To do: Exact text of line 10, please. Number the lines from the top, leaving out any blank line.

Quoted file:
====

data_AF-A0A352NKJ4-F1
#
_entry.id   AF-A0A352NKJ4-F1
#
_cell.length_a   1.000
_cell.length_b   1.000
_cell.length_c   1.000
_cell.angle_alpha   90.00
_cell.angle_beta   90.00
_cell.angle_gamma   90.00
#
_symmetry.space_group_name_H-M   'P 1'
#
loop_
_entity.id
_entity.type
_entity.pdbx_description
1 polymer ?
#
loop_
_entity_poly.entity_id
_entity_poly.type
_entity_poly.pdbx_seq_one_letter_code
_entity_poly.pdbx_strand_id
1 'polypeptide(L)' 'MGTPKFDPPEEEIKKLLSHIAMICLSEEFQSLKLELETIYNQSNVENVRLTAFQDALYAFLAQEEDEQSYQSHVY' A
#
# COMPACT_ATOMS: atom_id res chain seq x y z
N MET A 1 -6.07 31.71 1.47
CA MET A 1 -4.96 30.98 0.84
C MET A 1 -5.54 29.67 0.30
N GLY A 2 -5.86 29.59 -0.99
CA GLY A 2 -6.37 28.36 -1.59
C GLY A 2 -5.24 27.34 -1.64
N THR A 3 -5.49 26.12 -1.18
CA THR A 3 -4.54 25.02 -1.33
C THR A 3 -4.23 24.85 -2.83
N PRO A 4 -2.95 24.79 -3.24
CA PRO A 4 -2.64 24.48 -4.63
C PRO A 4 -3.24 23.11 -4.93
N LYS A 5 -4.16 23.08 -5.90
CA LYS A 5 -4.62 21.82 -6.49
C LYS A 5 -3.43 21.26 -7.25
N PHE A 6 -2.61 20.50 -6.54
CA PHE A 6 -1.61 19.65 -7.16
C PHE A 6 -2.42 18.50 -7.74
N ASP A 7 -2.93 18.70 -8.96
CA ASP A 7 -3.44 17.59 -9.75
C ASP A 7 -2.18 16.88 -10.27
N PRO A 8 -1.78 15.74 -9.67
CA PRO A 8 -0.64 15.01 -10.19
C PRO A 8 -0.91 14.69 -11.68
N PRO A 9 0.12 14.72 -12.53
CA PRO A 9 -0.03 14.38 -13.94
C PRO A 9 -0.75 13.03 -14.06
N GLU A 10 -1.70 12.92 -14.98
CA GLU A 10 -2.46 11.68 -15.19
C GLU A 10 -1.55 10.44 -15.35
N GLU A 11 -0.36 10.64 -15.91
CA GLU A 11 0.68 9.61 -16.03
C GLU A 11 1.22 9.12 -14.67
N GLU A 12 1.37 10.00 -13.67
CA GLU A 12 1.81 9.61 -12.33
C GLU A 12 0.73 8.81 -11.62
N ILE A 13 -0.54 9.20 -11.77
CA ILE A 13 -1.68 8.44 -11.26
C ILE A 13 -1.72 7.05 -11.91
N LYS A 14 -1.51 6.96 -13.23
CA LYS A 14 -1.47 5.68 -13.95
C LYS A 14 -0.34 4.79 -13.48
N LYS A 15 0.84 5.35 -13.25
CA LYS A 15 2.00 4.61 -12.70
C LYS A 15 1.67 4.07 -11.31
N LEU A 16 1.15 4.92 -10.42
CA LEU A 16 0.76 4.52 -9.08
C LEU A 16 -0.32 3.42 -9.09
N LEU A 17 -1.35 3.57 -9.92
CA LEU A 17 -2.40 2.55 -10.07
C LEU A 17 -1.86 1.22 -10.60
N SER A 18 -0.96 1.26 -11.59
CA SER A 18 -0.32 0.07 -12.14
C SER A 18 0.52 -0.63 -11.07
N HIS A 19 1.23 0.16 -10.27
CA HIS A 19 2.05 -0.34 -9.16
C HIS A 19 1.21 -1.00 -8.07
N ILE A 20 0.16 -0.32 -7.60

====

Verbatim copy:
_cell.angle_gamma   90.00